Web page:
Lots of kelp but very little else. Several types of shore birds on sand, flying, or in water. Only other visible animals were sand fleas. Very little in terms of shells or crab parts.Limited...
September 9, 2008 - H Witschi
Untouched beach - only a few (old) human footprints. Remarkably clean beach, practically no litter. Dead birds were 2 Common Murre, 1 large immature gull and 2 unidentified birds. Low human impact (...
June 27, 2008 - H Witschi
Easy crossing of New River at access point; river not even knee deep. No human impact. Beach remarkably clean, but massive sand build-up. A few snowy plovers seen, one blue heron flying along east...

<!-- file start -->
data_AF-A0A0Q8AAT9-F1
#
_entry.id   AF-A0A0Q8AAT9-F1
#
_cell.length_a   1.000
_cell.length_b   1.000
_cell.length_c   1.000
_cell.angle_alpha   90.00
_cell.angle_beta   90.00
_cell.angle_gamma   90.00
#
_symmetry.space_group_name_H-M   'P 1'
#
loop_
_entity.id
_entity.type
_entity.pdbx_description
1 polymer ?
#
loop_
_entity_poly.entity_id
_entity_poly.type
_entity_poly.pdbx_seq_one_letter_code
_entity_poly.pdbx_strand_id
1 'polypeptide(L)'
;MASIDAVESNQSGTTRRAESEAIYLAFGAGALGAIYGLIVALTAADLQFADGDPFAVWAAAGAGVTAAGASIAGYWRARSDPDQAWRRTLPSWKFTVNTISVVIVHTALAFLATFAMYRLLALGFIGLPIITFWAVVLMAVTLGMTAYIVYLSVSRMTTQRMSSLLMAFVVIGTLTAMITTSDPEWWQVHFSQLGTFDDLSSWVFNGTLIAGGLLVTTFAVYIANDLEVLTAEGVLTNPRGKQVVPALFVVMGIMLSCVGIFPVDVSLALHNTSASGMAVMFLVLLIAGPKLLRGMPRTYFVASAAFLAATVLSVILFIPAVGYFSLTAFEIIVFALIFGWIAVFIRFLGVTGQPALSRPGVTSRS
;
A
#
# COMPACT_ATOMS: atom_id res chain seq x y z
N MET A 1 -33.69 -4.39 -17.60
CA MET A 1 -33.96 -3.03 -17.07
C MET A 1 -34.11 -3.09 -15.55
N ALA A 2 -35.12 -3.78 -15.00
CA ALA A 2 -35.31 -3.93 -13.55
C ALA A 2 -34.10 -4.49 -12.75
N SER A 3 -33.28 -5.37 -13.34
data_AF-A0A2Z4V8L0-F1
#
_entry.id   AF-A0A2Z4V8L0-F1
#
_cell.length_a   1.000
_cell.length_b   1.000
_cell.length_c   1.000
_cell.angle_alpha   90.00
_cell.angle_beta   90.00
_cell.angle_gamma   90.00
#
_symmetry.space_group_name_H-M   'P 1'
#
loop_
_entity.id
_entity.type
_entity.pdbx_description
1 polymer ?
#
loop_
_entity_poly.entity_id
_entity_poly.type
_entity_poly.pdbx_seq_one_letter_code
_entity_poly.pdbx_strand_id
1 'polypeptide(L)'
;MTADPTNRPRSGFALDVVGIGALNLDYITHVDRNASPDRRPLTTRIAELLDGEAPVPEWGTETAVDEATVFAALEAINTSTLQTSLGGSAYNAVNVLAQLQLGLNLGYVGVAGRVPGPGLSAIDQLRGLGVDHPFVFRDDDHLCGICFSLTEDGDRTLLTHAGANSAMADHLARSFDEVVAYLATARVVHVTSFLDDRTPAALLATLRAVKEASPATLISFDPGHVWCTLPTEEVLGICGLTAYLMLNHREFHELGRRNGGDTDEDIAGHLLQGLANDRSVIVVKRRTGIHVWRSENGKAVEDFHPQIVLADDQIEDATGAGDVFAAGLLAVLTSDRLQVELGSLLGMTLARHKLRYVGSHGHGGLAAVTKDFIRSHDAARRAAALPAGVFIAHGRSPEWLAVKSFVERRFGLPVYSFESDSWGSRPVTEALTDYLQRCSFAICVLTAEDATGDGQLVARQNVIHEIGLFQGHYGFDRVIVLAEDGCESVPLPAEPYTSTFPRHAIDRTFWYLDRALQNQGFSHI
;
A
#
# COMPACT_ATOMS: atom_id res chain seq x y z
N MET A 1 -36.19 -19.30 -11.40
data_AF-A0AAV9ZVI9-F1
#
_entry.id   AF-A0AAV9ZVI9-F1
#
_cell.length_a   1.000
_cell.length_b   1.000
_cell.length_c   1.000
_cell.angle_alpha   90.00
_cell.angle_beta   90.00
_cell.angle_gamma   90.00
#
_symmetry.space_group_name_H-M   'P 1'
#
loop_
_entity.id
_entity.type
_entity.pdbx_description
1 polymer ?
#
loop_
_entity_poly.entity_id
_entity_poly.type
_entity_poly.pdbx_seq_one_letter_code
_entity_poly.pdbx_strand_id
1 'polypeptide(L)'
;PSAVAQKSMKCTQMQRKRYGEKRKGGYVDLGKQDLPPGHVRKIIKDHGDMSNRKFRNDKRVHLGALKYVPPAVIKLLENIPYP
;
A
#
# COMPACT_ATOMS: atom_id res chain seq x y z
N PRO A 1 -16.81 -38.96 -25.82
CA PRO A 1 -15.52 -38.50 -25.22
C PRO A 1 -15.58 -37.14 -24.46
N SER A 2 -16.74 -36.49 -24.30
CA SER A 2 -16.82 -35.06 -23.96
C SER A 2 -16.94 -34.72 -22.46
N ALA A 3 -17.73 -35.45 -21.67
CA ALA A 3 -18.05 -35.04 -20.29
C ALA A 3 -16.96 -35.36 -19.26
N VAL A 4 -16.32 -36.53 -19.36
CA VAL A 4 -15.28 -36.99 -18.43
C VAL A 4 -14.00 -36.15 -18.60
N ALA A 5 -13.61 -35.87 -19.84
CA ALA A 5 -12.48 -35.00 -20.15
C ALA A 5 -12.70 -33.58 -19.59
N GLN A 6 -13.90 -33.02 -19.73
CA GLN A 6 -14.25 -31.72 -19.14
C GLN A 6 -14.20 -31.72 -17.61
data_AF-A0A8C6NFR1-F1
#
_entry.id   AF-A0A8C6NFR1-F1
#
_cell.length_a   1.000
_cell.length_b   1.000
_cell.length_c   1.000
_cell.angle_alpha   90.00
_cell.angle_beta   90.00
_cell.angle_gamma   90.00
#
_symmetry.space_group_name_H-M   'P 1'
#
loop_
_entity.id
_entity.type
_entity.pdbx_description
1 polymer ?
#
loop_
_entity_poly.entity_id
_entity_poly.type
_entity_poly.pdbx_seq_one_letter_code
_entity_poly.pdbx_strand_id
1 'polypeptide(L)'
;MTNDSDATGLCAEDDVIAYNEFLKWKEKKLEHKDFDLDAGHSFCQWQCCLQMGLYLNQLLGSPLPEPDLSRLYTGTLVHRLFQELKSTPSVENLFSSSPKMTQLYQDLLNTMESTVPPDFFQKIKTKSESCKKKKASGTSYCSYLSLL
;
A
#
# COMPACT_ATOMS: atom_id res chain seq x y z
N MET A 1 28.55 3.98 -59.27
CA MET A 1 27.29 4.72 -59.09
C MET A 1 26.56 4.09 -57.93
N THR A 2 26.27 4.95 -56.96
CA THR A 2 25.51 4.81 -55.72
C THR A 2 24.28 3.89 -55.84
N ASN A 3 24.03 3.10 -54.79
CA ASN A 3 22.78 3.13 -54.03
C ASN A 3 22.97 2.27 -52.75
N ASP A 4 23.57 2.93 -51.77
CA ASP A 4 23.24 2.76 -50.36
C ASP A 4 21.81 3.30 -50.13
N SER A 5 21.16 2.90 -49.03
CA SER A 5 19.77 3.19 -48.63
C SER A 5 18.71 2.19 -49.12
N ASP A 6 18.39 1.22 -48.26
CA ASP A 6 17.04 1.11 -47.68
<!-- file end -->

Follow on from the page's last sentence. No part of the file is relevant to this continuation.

June 2, 2008 - John Hull
Looked good to me, clean and unoccupied. Thought it odd that there were no small shore birds. Shells, mole crab casings, 2 black fishing floats, one crab float with line but no seaweed in driftline...

2007

July 7, 2007 - [email protected]
I crossed New River from the BLM trail at the end of Lower Four Mile Lane. New River seems to still be flowing south at Four Mile Creek. There was a little mud, but not bad, not even knee deep. I saw...
May 21, 2007 - [email protected]
I waded the New River mud at the BLM Trail north of Lower Four Mile Road. Shells, animal casings and small rocks in driftline. Low human impact (0).
March 11, 2007 - [email protected]
As long as I was in the area, I walked Mile 94. Shells, animal casings, small rocks, wood pieces, ocean-based debris in driftline. shore birds foraging in surfline. I took a picture of some tracks...